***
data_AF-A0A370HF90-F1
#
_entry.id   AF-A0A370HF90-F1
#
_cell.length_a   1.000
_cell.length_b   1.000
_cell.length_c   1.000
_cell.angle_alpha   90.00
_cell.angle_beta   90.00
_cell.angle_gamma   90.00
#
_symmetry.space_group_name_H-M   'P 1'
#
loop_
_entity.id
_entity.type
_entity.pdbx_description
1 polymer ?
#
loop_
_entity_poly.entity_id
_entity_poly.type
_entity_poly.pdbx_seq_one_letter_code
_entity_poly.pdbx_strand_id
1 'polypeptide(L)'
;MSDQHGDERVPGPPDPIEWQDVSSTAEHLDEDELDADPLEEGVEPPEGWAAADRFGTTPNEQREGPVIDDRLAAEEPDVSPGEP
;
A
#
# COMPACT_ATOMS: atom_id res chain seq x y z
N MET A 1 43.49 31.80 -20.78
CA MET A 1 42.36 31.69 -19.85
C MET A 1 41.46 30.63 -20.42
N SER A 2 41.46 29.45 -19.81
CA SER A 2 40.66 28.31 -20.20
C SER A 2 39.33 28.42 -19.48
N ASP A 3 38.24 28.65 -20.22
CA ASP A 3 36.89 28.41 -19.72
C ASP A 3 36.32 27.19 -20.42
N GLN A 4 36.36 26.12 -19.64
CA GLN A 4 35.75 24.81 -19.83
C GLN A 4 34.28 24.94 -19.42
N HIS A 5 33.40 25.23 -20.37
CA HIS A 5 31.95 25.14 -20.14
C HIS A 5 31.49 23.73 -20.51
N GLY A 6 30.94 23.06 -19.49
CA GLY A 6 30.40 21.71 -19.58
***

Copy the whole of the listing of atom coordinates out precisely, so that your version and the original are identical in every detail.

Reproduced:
data_AF-A0A370HF90-F1
#
_entry.id   AF-A0A370HF90-F1
#
_cell.length_a   1.000
_cell.length_b   1.000
_cell.length_c   1.000
_cell.angle_alpha   90.00
_cell.angle_beta   90.00
_cell.angle_gamma   90.00
#
_symmetry.space_group_name_H-M   'P 1'
#
loop_
_entity.id
_entity.type
_entity.pdbx_description
1 polymer ?
#
loop_
_entity_poly.entity_id
_entity_poly.type
_entity_poly.pdbx_seq_one_letter_code
_entity_poly.pdbx_strand_id
1 'polypeptide(L)'
;MSDQHGDERVPGPPDPIEWQDVSSTAEHLDEDELDADPLEEGVEPPEGWAAADRFGTTPNEQREGPVIDDRLAAEEPDVSPGEP
;
A
#
# COMPACT_ATOMS: atom_id res chain seq x y z
N MET A 1 43.49 31.80 -20.78
CA MET A 1 42.36 31.69 -19.85
C MET A 1 41.46 30.63 -20.42
N SER A 2 41.46 29.45 -19.81
CA SER A 2 40.66 28.31 -20.20
C SER A 2 39.33 28.42 -19.48
N ASP A 3 38.24 28.65 -20.22
CA ASP A 3 36.89 28.41 -19.72
C ASP A 3 36.32 27.19 -20.42
N GLN A 4 36.36 26.12 -19.64
CA GLN A 4 35.75 24.81 -19.83
C GLN A 4 34.28 24.94 -19.42
N HIS A 5 33.40 25.23 -20.37
CA HIS A 5 31.95 25.14 -20.14
C HIS A 5 31.49 23.73 -20.51
N GLY A 6 30.94 23.06 -19.49
CA GLY A 6 30.40 21.71 -19.58